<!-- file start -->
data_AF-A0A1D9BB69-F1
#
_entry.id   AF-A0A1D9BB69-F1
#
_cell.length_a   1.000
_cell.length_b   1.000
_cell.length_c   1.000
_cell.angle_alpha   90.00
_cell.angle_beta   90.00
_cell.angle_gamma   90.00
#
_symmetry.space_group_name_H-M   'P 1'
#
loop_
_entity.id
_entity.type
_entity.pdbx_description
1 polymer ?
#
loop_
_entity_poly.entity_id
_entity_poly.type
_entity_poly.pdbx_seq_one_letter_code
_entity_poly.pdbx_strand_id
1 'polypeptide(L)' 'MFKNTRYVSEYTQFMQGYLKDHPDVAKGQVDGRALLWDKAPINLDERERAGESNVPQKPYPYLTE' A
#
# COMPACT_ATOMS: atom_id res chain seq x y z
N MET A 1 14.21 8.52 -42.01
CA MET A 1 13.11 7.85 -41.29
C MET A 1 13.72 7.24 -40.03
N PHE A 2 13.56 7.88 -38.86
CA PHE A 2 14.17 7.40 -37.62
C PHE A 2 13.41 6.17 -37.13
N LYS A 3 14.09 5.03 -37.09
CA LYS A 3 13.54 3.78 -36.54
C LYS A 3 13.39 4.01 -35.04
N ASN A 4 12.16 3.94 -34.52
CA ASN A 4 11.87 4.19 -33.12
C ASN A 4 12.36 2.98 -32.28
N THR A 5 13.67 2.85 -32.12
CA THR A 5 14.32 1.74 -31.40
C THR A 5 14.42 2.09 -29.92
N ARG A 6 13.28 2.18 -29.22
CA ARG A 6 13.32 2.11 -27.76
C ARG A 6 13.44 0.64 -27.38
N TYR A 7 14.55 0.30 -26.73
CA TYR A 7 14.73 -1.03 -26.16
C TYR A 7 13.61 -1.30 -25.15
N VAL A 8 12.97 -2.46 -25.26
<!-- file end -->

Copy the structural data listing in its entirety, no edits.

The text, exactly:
data_AF-A0A1D9BB69-F1
#
_entry.id   AF-A0A1D9BB69-F1
#
_cell.length_a   1.000
_cell.length_b   1.000
_cell.length_c   1.000
_cell.angle_alpha   90.00
_cell.angle_beta   90.00
_cell.angle_gamma   90.00
#
_symmetry.space_group_name_H-M   'P 1'
#
loop_
_entity.id
_entity.type
_entity.pdbx_description
1 polymer ?
#
loop_
_entity_poly.entity_id
_entity_poly.type
_entity_poly.pdbx_seq_one_letter_code
_entity_poly.pdbx_strand_id
1 'polypeptide(L)' 'MFKNTRYVSEYTQFMQGYLKDHPDVAKGQVDGRALLWDKAPINLDERERAGESNVPQKPYPYLTE' A
#
# COMPACT_ATOMS: atom_id res chain seq x y z
N MET A 1 14.21 8.52 -42.01
CA MET A 1 13.11 7.85 -41.29
C MET A 1 13.72 7.24 -40.03
N PHE A 2 13.56 7.88 -38.86
CA PHE A 2 14.17 7.40 -37.62
C PHE A 2 13.41 6.17 -37.13
N LYS A 3 14.09 5.03 -37.09
CA LYS A 3 13.54 3.78 -36.54
C LYS A 3 13.39 4.01 -35.04
N ASN A 4 12.16 3.94 -34.52
CA ASN A 4 11.87 4.19 -33.12
C ASN A 4 12.36 2.98 -32.28
N THR A 5 13.67 2.85 -32.12
CA THR A 5 14.32 1.74 -31.40
C THR A 5 14.42 2.09 -29.92
N ARG A 6 13.28 2.18 -29.22
CA ARG A 6 13.32 2.11 -27.76
C ARG A 6 13.44 0.64 -27.38
N TYR A 7 14.55 0.30 -26.73
CA TYR A 7 14.73 -1.03 -26.16
C TYR A 7 13.61 -1.30 -25.15
N VAL A 8 12.97 -2.46 -25.26